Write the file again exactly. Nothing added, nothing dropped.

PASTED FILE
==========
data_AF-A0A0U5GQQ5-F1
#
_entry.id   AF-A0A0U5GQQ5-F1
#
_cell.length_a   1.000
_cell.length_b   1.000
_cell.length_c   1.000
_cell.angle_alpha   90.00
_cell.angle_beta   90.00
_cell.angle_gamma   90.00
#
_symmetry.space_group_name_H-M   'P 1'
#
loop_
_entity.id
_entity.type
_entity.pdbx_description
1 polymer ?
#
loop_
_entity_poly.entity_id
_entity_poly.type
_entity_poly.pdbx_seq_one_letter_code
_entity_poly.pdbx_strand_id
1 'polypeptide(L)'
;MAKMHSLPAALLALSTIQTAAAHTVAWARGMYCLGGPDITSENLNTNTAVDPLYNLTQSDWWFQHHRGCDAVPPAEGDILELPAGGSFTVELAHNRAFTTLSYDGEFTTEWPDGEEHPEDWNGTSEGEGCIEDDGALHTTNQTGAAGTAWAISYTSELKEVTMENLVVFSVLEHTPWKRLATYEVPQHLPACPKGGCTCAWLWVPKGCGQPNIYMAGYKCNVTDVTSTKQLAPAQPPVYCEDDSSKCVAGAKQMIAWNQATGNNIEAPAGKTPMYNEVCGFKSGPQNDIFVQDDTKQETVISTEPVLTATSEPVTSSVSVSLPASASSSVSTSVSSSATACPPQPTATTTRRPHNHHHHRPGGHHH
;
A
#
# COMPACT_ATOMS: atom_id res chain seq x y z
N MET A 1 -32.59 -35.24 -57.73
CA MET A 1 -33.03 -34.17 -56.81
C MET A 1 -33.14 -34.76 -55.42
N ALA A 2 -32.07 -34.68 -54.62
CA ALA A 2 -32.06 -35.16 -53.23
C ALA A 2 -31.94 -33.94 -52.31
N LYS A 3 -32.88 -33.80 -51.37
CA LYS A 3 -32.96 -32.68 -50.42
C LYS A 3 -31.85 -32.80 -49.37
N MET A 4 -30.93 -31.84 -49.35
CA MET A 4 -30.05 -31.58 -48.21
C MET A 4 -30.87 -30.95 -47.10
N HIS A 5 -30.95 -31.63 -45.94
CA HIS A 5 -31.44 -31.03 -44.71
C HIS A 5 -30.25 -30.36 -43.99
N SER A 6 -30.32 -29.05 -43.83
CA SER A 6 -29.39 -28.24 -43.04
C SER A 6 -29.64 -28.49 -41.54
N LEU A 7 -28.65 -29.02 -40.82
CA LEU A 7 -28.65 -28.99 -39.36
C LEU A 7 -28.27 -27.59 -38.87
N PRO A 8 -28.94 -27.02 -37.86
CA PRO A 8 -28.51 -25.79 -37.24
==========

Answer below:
data_AF-A0A0U5GQQ5-F1
#
_entry.id   AF-A0A0U5GQQ5-F1
#
_cell.length_a   1.000
_cell.length_b   1.000
_cell.length_c   1.000
_cell.angle_alpha   90.00
_cell.angle_beta   90.00
_cell.angle_gamma   90.00
#
_symmetry.space_group_name_H-M   'P 1'
#
loop_
_entity.id
_entity.type
_entity.pdbx_description
1 polymer ?
#
loop_
_entity_poly.entity_id
_entity_poly.type
_entity_poly.pdbx_seq_one_letter_code
_entity_poly.pdbx_strand_id
1 'polypeptide(L)'
;MAKMHSLPAALLALSTIQTAAAHTVAWARGMYCLGGPDITSENLNTNTAVDPLYNLTQSDWWFQHHRGCDAVPPAEGDILELPAGGSFTVELAHNRAFTTLSYDGEFTTEWPDGEEHPEDWNGTSEGEGCIEDDGALHTTNQTGAAGTAWAISYTSELKEVTMENLVVFSVLEHTPWKRLATYEVPQHLPACPKGGCTCAWLWVPKGCGQPNIYMAGYKCNVTDVTSTKQLAPAQPPVYCEDDSSKCVAGAKQMIAWNQATGNNIEAPAGKTPMYNEVCGFKSGPQNDIFVQDDTKQETVISTEPVLTATSEPVTSSVSVSLPASASSSVSTSVSSSATACPPQPTATTTRRPHNHHHHRPGGHHH
;
A
#
# COMPACT_ATOMS: atom_id res chain seq x y z
N MET A 1 -32.59 -35.24 -57.73
CA MET A 1 -33.03 -34.17 -56.81
C MET A 1 -33.14 -34.76 -55.42
N ALA A 2 -32.07 -34.68 -54.62
CA ALA A 2 -32.06 -35.16 -53.23
C ALA A 2 -31.94 -33.94 -52.31
N LYS A 3 -32.88 -33.80 -51.37
CA LYS A 3 -32.96 -32.68 -50.42
C LYS A 3 -31.85 -32.80 -49.37
N MET A 4 -30.93 -31.84 -49.35
CA MET A 4 -30.05 -31.58 -48.21
C MET A 4 -30.87 -30.95 -47.10
N HIS A 5 -30.95 -31.63 -45.94
CA HIS A 5 -31.44 -31.03 -44.71
C HIS A 5 -30.25 -30.36 -43.99
N SER A 6 -30.32 -29.05 -43.83
CA SER A 6 -29.39 -28.24 -43.04
C SER A 6 -29.64 -28.49 -41.54
N LEU A 7 -28.65 -29.02 -40.82
CA LEU A 7 -28.65 -28.99 -39.36
C LEU A 7 -28.27 -27.59 -38.87
N PRO A 8 -28.94 -27.02 -37.86
CA PRO A 8 -28.51 -25.79 -37.24